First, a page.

19th Century Base Ball Returns to Davis October 6th

[DAVIS, Calf., Sept. 28—] Central Valley Vintage Base Ball (CVVBB) returns to Davis for a free 19th Century base ball exhibition at 10 a.m. on Saturday October 6th at John Barovetto Park. CVVBB will lead a morning of learning the rules and traditions of 1864 base ball and putting them into action by playing an exhibition game with period-accurate equipment. No experience is required and all are welcome to participate as a player or spectator regardless of age, race, gender, sexual orientation or skill level.

1864 base ball differs from the modern game in a few key ways. Instead of gloves, players simply used their hands to catch balls, pitchers throw the ball underhand and the umpire stands off to the first base side of home plate instead of behind the catcher. The early game also uses the “bound rule,” which means if a fielder catches a ball after it bounces only once, it still counts as an out, making it easier to catch the ball without a glove.

A recipient of a spring 2018 California Humanities Grant, CVVBB celebrates the history and traditions of both base ball and the Sacramento region. The organization hopes to build upon the successes of its first official game in early August in Sacramento and a first outing in the City of Dixon in September as it gears up for its first season in 2019. CVVBB will also be participating in the Yolo County Historical Society’s World War 1 Commemoration Parade on November 10 and playing its first game in Woodland the following day.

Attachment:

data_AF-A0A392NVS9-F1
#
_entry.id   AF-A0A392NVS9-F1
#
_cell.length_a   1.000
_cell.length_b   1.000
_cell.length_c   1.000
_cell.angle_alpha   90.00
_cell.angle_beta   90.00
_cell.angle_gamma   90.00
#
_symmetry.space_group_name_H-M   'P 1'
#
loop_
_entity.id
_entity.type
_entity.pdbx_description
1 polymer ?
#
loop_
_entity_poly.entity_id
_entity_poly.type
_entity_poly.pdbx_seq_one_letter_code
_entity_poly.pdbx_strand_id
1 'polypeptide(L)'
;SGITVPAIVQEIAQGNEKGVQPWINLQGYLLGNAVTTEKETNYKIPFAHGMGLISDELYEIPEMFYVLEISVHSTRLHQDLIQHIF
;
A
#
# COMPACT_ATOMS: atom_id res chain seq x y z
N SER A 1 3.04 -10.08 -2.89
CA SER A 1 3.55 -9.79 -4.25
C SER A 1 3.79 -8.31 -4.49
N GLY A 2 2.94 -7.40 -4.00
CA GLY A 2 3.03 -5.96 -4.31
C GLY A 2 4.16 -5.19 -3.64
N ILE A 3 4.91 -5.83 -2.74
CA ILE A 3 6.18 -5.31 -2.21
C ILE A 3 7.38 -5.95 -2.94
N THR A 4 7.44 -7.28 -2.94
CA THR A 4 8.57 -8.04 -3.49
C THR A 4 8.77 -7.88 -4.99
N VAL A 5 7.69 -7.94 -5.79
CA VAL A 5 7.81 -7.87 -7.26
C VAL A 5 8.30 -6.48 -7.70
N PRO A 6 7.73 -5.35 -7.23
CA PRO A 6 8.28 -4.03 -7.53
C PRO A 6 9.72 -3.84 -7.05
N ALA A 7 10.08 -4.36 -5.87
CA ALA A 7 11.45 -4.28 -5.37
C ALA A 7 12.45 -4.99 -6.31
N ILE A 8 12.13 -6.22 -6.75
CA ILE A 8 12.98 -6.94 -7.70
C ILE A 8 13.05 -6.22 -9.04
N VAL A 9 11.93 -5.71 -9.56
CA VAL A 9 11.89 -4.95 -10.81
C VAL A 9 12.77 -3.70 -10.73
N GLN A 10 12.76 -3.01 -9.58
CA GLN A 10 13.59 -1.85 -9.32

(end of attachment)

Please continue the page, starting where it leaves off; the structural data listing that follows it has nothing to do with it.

The Davisville Oletas are one of four local clubs that existed in the late 19th Century that CVVBB will re-establish as part of an association for 2019. The organization hopes to recruit players for teams in Davis, Sacramento, Dixon and Woodland initially, with the possibility of eventually expanding to other parts of the Central Valley.

Though he never played baseball when he was younger, founder Matt “Brandywine” Stone fell in love with the game when he joined an 1864 rules league while living in Pennsylvania’s Brandywine Valley (hence his nickname). When he moved to the region in 2016, he couldn’t find a similar program, so he resolved to start his own.

Since CVVBB is an association and not a league, games are more about having fun and celebrating the history rather than winning and losing. This makes it a welcoming environment for anyone interested in history and the game of baseball.

For more information, visit cvvbb.org, follow the organization on Facebook and Instagram or contact Matt “Brandywine” Stone directly at CentralValleyVintageBaseball@gmail.com.


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